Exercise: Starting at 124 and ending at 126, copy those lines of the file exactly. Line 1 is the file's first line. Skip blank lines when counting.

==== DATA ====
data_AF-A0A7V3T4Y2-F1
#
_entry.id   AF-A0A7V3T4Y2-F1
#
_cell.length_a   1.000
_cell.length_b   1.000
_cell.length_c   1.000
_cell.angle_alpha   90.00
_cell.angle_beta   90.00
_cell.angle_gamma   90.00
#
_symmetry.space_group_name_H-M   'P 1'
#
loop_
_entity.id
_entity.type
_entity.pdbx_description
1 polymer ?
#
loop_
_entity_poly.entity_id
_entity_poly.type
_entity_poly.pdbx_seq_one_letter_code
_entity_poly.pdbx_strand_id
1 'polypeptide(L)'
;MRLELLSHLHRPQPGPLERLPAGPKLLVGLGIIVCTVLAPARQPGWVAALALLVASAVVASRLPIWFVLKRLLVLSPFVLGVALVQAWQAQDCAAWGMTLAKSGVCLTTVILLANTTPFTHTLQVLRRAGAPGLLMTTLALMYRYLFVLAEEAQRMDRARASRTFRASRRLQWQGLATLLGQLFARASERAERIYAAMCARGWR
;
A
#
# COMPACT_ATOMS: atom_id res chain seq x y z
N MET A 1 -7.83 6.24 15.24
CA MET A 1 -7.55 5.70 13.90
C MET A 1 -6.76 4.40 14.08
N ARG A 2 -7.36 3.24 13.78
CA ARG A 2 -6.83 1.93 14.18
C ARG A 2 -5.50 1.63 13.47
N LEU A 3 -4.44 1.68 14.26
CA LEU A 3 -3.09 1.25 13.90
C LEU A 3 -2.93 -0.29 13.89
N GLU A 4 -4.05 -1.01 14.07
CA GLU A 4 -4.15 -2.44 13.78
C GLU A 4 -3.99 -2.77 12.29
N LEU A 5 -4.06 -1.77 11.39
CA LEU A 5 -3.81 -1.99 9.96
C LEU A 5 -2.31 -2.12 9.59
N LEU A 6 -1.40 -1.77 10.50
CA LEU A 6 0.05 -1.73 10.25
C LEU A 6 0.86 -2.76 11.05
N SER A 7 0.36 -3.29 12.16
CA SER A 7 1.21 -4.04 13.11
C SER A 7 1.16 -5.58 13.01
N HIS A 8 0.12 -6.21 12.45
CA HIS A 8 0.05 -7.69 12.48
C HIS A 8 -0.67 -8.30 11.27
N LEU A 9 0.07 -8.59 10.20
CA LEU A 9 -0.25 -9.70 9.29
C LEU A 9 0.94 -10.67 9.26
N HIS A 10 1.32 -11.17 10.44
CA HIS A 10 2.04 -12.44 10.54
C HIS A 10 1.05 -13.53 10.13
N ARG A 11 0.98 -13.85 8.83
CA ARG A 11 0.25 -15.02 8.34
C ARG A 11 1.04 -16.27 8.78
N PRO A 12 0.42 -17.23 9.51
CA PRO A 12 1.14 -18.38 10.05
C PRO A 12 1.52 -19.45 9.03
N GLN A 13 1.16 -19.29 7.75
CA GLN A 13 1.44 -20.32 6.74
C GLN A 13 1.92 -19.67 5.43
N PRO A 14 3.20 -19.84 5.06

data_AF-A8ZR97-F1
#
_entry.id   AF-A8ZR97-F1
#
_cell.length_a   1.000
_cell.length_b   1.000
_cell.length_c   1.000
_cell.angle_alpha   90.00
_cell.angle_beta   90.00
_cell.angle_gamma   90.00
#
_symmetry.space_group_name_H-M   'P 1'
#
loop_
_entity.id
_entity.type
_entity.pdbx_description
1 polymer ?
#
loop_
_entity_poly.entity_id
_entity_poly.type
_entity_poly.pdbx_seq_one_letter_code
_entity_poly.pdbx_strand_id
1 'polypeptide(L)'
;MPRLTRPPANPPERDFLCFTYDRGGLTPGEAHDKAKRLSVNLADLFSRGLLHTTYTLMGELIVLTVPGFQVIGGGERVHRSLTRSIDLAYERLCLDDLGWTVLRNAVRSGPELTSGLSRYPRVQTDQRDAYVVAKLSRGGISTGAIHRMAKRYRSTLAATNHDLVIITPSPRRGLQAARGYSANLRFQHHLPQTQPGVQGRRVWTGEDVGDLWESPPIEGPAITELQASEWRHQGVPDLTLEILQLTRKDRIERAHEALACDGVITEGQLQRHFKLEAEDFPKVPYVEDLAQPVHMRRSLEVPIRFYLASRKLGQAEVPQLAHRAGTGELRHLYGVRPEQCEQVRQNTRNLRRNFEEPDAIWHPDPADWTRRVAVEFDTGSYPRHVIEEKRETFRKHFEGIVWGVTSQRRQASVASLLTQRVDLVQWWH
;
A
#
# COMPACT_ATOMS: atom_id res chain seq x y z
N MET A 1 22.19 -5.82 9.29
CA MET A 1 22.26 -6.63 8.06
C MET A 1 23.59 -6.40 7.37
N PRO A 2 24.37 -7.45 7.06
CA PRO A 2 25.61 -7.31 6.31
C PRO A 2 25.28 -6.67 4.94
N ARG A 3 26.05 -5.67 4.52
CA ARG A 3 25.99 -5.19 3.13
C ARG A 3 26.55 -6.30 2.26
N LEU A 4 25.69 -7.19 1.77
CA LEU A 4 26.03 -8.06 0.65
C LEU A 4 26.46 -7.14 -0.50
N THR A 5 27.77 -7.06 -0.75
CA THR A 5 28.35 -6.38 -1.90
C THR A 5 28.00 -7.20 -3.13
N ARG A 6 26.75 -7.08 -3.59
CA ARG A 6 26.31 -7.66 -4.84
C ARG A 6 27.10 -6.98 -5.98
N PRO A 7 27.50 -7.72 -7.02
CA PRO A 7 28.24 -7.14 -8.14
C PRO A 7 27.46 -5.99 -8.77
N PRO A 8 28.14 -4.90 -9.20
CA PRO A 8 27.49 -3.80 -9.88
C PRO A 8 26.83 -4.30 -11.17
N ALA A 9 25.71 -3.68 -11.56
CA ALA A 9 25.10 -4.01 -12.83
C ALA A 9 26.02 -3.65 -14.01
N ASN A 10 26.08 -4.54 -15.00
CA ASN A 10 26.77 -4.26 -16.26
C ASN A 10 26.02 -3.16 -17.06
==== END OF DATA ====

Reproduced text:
C PRO A 8 26.83 -4.30 -11.17
N ALA A 9 25.71 -3.68 -11.56
CA ALA A 9 25.10 -4.01 -12.83